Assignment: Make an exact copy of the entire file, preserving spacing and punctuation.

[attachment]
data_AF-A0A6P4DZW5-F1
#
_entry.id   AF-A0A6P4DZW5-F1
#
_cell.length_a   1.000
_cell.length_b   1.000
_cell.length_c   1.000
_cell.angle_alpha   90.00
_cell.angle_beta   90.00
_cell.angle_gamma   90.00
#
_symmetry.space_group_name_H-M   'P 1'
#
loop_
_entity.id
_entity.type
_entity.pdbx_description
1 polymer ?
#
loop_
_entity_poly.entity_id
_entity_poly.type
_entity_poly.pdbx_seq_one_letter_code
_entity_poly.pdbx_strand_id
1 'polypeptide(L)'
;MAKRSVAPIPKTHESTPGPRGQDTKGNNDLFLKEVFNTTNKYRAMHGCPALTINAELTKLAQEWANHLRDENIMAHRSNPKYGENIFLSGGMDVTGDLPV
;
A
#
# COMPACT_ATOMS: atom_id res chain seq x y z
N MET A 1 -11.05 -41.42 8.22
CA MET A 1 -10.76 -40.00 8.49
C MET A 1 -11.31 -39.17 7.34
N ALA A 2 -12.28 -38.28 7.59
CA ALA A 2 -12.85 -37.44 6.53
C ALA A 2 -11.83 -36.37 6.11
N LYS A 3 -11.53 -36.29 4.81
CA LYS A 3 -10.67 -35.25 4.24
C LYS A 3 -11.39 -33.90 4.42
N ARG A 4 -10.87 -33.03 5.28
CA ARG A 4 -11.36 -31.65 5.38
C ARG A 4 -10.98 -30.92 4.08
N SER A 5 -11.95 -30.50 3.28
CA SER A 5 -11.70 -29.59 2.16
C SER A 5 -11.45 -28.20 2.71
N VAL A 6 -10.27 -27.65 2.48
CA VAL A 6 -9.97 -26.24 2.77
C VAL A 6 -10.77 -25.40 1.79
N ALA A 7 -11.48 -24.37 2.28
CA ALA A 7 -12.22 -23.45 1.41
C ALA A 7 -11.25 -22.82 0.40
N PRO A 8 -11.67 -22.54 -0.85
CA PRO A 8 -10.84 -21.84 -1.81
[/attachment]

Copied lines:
data_AF-A0A6P4DZW5-F1
#
_entry.id   AF-A0A6P4DZW5-F1
#
_cell.length_a   1.000
_cell.length_b   1.000
_cell.length_c   1.000
_cell.angle_alpha   90.00
_cell.angle_beta   90.00
_cell.angle_gamma   90.00
#
_symmetry.space_group_name_H-M   'P 1'
#
loop_
_entity.id
_entity.type
_entity.pdbx_description
1 polymer ?
#
loop_
_entity_poly.entity_id
_entity_poly.type
_entity_poly.pdbx_seq_one_letter_code
_entity_poly.pdbx_strand_id
1 'polypeptide(L)'
;MAKRSVAPIPKTHESTPGPRGQDTKGNNDLFLKEVFNTTNKYRAMHGCPALTINAELTKLAQEWANHLRDENIMAHRSNPKYGENIFLSGGMDVTGDLPV
;
A
#
# COMPACT_ATOMS: atom_id res chain seq x y z
N MET A 1 -11.05 -41.42 8.22
CA MET A 1 -10.76 -40.00 8.49
C MET A 1 -11.31 -39.17 7.34
N ALA A 2 -12.28 -38.28 7.59
CA ALA A 2 -12.85 -37.44 6.53
C ALA A 2 -11.83 -36.37 6.11
N LYS A 3 -11.53 -36.29 4.81
CA LYS A 3 -10.67 -35.25 4.24
C LYS A 3 -11.39 -33.90 4.42
N ARG A 4 -10.87 -33.03 5.28
CA ARG A 4 -11.36 -31.65 5.38
C ARG A 4 -10.98 -30.92 4.08
N SER A 5 -11.95 -30.50 3.28
CA SER A 5 -11.70 -29.59 2.16
C SER A 5 -11.45 -28.20 2.71
N VAL A 6 -10.27 -27.65 2.48
CA VAL A 6 -9.97 -26.24 2.77
C VAL A 6 -10.77 -25.40 1.79
N ALA A 7 -11.48 -24.37 2.28
CA ALA A 7 -12.22 -23.45 1.41
C ALA A 7 -11.25 -22.82 0.40
N PRO A 8 -11.67 -22.54 -0.85
CA PRO A 8 -10.84 -21.84 -1.81